Some of the most fun we have as compensation consultants is when a client says: “this is such an unusual job; you will never be able to price this job.”
What makes our job so interesting? Sleuthing to find such a unique set of skills to fulfill even the rarest roles. The minute I read this headline, I was intrigued not just because I love the costumes on this TV show, but because I immediately thought, “Where would you even find that person?” “What sort of background would they need?” “What knowledge, skills, and ability does a job like that require?” Once those questions are answered, then we can start finding matched roles and salaries.
The beauty of this article? The interviewer did his job; he obviously asked all the right questions, because the article answers all the specifics required to dress Midge Maisel.
Perhaps we should see if this interviewer would like to become a compensation consultant? Read More Here
In the early 1990s, I lived in Japan, and was taken aback the first few times I saw people get on the subway, and go about their daily business wearing surgical-type masks whenever they were sick. Over time, I started to realize what a smart practice this was. This time of year, I wish my fellow Americans would put medical masks on as they sneeze and cough spreading their germs all around.
So, is it okay to call in sick with a common cold? Should you tough it out and keep working or go back to bed—for everybody’s sake? Having a cold doesn’t really warrant a day off; or does it? Rachel Suff, senior policy adviser at the Chartered Institute of Personnel and Development (CIPD), suggests, “If you are really not well and your symptoms mean you are not going to be productive, it’s better to [call in] sick [rather than] spreading your germs around the workplace.” It’s also important to remember to “be more mindful of those with severely compromised immune systems” or those caring for others with compromised immune systems.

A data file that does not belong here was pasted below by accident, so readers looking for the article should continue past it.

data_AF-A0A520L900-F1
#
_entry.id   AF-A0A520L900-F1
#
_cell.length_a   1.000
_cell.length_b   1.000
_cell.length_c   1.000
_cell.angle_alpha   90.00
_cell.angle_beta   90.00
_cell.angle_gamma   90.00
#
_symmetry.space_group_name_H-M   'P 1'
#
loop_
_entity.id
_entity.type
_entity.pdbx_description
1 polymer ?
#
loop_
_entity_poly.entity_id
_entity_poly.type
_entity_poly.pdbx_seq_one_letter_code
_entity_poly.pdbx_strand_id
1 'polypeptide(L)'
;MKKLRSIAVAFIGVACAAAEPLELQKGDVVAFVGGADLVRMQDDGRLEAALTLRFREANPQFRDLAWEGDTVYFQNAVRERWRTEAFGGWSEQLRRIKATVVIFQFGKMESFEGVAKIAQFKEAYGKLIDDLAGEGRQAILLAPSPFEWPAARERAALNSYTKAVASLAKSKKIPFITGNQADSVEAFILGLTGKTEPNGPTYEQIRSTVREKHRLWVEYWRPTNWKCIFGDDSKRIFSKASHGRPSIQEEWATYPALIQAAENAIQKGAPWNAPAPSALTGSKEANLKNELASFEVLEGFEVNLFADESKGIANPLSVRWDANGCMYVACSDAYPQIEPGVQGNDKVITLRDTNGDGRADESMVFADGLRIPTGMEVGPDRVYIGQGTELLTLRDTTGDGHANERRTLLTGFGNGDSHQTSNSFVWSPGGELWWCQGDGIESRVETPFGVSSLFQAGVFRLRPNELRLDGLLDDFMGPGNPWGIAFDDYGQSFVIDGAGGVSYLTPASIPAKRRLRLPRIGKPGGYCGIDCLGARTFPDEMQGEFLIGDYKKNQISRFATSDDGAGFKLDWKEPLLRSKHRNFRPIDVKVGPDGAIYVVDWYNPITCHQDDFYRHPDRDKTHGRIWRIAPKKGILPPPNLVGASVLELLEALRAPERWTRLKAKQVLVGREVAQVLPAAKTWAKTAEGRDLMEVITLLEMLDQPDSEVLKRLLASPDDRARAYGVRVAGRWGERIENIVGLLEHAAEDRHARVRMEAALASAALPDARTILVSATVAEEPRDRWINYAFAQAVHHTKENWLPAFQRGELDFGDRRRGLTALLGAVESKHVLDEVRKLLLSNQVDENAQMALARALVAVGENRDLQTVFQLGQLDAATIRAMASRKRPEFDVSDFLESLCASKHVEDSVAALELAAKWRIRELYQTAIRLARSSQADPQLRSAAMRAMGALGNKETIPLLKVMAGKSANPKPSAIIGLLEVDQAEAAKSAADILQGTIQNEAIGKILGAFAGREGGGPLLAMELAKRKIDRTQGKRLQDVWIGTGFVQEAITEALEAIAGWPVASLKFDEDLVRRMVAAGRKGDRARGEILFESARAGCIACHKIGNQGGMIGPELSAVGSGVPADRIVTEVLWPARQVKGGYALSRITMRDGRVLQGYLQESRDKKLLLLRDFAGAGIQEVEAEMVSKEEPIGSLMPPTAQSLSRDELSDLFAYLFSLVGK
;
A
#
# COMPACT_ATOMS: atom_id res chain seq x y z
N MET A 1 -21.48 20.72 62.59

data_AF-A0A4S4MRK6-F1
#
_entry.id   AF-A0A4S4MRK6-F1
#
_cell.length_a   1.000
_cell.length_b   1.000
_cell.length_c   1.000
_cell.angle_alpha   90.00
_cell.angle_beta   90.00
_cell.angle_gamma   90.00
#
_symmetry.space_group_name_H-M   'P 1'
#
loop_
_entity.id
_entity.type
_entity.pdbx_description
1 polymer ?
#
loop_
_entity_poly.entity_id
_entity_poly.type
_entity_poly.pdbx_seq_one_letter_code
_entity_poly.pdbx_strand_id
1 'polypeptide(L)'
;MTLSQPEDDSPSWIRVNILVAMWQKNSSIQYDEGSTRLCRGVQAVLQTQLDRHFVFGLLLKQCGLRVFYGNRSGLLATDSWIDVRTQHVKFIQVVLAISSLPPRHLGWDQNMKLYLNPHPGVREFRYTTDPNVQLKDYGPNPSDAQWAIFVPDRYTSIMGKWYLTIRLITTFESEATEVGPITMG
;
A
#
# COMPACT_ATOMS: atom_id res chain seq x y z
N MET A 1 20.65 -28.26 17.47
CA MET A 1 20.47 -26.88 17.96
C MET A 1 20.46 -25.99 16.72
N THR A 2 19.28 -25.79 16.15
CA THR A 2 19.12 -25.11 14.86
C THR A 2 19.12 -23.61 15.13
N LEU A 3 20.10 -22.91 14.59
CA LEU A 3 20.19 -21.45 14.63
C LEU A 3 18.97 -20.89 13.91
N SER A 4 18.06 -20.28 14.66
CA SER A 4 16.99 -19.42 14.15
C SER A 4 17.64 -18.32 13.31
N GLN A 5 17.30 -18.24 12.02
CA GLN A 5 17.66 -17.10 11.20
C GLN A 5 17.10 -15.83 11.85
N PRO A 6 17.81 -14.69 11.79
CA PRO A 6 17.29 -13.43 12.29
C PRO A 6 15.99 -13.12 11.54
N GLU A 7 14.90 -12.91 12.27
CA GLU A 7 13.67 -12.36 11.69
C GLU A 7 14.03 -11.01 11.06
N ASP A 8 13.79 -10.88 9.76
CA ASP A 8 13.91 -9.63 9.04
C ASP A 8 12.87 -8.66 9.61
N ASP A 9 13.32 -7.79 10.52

If you still can’t shake that cold, don’t be afraid to take the day off. You (and your co-workers) will be glad you did. Read More Here
I was four years old when Dr. King was killed, and I spent the ensuing days bombarding my poor parents with questions.
Three and a half decades later, when our son was four and our daughter was seven, we were sitting around the dinner table when my husband questioned them: “Do you know why you didn’t have school today?” They both knew it was Martin Luther King Jr. Day. “Who was Dr. King?” we asked, and our four-year-old responded, “He don’t want you to fight with people.“ We accepted that answer. We turned to the seven-year-old. Her answer started with Rosa Parks and a bus. She understood that the peace part had something to do with racial injustice.
My husband then looked at our children and told them that they needed to realize how very different their lives would be if it hadn’t been for Dr. King‘s dream and his work. They would not have Jewish friends who invited them to Hanukkah parties. Our daughter probably couldn’t have a best friend who was African-American, because what were the odds that she would even go to school with kids that look different than herself? So many things that our children took for granted were things that three and a half decades earlier were unfathomable for most Americans. The best part of the evening was when our seven-year-old got out of her chair and put her hands on her hips and said, “I’m sorry I just don’t understand. How could this be?!”